Here’s what happened at the public meeting earlier this week. The Town and engineering consultants made a presentation about the goals of the project, the original and current designs, and the process and timeline. Then they opened the floor for public comment.
The most troubling changes to the design from the original concept is that lane widths have crept back up to 12-13 feet, the flush islands have been removed, and some sidewalks are not being widened as much (and in one case narrowed). The design still includes 5-foot bike lanes on both sides for the length of the project except the very end approaching Alewife Brook Parkway. The Alewife Brook intersection itself remains outside the scope of the project. So, at present it is pedestrian space that is being chipped away. As problematic as that is, I am concerned that if the “chipping” continues bicyclists will be the next group to sacrifice space to cars.
I’ll be blunt: the comments were divided between those who fear change, and those who embrace change. And there were many people there on both sides.
Project opponents focused on concern about traffic backups on Mass Ave and cut-through traffic on side streets. These concerns are certainly legitimate, but the Town has addressed them already. The engineering consultants responded to the traffic questions with an analysis that showed the redesigned road would have enough capacity for projected traffic volumes out to 2028. Because capacity is high enough on Mass Ave, there should be no incentive for people to cut through on side streets. The general response from opponents: “I don’t care what the analysis says – common sense says removing lanes will make traffic worse.”
One particularly angry man reported that he had hired his own engineering consultants and lawyers to fight the project. Then his lawyer presented a legal argument questioning the authority of the Board of Selectmen to “narrow” a state highway. The Town’s response: “MassDOT says this isn’t a problem.” Even if you accept this far-fetched argument based on an archaic statute, one response is the the Town is not narrowing the road, merely reallocating the space among various legally-recognized modes of travel. This argument overlooks that the road consists of the entire right-of-way from the buildings on one side of the street to the buildings on the other side of the street. The space is currently allocated among sidewalks, parking lanes, and travel lanes. The project is merely reallocating the same space, not reducing it at all.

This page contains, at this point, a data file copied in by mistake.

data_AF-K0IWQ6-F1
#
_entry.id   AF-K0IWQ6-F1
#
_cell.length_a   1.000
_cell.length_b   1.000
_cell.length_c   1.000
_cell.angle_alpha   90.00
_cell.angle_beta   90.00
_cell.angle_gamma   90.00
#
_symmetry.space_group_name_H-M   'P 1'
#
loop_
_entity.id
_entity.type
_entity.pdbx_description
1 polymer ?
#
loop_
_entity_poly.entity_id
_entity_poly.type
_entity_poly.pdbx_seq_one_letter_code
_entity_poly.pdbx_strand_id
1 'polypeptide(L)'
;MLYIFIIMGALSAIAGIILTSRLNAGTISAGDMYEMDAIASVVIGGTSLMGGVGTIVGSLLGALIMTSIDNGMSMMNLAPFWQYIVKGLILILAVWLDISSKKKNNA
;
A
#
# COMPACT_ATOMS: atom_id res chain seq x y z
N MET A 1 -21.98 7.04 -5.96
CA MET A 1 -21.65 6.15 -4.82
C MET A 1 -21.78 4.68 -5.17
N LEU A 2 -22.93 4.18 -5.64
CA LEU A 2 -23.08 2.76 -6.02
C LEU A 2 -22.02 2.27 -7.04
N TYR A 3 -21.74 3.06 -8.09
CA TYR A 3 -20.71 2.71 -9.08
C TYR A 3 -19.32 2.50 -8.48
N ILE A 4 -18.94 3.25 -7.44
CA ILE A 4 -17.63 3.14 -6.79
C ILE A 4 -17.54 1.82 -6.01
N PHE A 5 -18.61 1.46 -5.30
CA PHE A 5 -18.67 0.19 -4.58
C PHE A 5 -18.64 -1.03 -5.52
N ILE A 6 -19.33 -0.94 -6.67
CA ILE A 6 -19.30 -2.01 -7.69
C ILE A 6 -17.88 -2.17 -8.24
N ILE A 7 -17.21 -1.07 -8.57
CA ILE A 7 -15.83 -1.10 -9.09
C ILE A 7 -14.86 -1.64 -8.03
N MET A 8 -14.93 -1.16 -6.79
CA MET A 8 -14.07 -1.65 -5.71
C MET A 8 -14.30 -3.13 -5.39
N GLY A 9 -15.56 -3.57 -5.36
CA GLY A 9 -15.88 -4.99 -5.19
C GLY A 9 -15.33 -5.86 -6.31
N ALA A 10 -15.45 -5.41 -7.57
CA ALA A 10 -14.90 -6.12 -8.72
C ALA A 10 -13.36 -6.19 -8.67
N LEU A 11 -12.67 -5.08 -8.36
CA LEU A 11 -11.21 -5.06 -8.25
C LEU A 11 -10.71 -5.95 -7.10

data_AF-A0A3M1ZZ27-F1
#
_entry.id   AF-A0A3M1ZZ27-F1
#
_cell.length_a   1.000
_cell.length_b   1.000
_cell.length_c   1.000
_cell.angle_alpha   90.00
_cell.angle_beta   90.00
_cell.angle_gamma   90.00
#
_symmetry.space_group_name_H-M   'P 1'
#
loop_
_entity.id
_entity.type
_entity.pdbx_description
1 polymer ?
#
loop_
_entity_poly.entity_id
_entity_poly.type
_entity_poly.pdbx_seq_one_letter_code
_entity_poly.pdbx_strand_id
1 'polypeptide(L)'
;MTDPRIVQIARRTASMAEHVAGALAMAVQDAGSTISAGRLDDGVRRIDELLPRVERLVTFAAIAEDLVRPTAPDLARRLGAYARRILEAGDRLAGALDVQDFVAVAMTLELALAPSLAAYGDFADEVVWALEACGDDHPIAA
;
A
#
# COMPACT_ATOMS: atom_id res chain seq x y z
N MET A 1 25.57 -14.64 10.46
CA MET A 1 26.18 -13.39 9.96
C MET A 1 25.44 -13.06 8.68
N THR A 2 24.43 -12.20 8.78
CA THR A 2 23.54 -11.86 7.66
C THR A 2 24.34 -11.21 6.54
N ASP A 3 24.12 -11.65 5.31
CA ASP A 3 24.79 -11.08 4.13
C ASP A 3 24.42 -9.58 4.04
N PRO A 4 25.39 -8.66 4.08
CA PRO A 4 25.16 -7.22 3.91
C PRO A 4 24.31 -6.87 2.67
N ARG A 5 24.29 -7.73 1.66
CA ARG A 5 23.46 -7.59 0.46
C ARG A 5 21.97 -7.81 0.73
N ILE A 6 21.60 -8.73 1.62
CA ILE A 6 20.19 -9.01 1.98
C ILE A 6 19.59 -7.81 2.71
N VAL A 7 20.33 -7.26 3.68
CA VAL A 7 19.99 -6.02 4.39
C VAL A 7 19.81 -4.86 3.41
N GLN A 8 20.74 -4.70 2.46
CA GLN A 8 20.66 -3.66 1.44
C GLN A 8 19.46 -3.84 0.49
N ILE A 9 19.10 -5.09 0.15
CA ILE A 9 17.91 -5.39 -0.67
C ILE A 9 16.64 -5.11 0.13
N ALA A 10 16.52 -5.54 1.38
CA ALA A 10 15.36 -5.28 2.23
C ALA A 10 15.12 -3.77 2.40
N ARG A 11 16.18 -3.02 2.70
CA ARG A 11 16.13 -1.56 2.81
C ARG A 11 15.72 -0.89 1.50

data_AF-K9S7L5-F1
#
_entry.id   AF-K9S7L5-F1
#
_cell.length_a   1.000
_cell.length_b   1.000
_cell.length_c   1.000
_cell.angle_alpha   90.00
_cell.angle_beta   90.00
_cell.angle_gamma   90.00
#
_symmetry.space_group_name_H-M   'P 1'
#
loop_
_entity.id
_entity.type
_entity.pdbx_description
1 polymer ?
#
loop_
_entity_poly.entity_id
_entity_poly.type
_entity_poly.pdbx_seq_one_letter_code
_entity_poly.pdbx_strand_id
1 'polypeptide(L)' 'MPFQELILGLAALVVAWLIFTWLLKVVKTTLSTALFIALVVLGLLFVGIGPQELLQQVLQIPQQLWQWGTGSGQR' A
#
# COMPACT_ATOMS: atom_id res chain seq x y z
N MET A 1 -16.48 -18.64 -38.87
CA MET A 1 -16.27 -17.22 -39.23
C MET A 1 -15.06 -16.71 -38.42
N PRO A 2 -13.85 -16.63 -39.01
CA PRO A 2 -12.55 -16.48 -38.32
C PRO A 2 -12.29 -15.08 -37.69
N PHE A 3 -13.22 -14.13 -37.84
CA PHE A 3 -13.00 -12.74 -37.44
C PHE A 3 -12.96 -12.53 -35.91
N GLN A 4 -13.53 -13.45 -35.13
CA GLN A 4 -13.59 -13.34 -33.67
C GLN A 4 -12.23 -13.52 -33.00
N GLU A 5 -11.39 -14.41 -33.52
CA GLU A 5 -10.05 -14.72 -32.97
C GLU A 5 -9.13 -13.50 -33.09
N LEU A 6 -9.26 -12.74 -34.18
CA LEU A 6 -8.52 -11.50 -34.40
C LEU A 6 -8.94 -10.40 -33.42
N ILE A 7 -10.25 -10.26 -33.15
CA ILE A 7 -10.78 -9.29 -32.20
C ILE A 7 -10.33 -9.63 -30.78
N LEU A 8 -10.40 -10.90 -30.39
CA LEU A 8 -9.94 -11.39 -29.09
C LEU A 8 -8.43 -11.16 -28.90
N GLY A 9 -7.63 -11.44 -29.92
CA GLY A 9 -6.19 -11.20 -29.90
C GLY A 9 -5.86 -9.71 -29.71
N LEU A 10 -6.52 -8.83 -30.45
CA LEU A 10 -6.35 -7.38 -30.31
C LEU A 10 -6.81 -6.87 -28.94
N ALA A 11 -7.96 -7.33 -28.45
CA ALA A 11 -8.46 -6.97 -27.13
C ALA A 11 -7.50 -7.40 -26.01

Many project opponents laughed at a somewhat fanciful rendering of happy people and families strolling along a tree-lined sidewalk lined with busy shops and restaurants, but others said “what are you laughing at – that’s what we want!” The implication was that the opponents think East Arlington’s business district is just fine as it is and needs no improvements other than simply repaving the road.
One man actually stood up and said he moved to Arlington because it was more “car-friendly” and he didn’t want all the bicyclists slowing him down like they do in Boston and Cambridge.
Project supporters (including me) emphasized the need to make Mass Ave safe and welcoming for all modes of travel, and reminded everyone that state law and state and federal policy all require bicyclists and pedestrians to be accommodated. Some expressed a preference for fully separated lanes (like cycletracks), but the consensus among bicyclists was that bikes lanes of some sort were needed. Various speakers refuted opponents’ claims that bicyclists shouldn’t be riding on Mass Ave when the Minuteman Bikeway is nearby; that bicyclists riding now on Mass Ave was proof that bike lanes were not needed; and that education of bicyclists and motorists could address the safety problems without infrastructure changes. Several parents talked about fearing for the safety of their children when crossing Mass Ave or biking together.
The meeting simply concluded when the comments were done. The next steps will be re-submission of the 25% design to MassDOT, then a public hearing on the design after it is approved by MassDOT. At that point it will be very difficult to make any significant changes to the project, so it is critically important to get any remaining comments in now. Click here for official project information and contacts.